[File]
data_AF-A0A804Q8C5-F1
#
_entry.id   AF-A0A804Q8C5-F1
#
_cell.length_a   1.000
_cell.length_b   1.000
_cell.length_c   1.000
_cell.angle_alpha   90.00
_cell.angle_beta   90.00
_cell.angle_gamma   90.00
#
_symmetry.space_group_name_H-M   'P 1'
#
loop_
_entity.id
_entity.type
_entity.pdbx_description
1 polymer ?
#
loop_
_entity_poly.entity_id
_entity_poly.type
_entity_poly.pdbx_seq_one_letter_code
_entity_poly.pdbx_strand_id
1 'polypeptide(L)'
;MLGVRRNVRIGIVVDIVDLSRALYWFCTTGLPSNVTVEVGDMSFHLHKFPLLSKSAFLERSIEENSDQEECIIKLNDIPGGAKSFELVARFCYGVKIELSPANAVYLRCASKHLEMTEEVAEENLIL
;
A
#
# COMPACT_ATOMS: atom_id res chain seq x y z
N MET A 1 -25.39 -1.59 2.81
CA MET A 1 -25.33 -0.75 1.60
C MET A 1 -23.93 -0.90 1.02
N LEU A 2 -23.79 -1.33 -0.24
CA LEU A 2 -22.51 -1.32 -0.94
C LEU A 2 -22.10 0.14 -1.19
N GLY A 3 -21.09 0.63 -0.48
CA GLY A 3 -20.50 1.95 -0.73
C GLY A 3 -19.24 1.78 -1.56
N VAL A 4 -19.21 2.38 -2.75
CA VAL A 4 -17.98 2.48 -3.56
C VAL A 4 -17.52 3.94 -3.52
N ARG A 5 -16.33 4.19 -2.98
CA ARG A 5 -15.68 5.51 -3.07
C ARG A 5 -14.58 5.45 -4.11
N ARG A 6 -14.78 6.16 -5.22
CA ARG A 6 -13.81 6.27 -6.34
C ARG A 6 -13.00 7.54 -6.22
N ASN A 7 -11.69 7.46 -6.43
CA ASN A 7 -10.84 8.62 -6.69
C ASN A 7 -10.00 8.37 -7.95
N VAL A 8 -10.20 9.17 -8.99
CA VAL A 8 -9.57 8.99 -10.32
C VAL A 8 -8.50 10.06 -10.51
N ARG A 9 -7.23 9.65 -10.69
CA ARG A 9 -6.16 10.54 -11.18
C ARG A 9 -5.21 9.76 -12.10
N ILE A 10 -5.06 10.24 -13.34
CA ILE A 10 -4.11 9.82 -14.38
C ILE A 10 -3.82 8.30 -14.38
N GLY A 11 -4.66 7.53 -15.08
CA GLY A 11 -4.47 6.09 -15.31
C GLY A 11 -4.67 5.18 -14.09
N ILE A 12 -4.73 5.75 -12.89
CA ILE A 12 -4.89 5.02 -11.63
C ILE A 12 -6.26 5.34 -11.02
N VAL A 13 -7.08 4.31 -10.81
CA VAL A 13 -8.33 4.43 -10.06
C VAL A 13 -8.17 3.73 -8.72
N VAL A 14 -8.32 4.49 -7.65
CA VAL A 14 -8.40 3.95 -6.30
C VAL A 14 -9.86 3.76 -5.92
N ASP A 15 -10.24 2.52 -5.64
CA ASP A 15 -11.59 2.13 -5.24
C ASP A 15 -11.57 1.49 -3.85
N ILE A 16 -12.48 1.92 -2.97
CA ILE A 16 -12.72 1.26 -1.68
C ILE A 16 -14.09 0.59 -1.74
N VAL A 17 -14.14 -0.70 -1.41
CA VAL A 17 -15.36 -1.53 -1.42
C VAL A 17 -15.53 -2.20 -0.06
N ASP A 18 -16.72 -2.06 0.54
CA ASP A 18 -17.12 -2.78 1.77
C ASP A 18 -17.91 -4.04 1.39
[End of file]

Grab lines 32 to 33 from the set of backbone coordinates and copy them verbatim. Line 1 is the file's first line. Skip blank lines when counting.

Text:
CA MET A 1 -25.33 -0.75 1.60
C MET A 1 -23.93 -0.90 1.02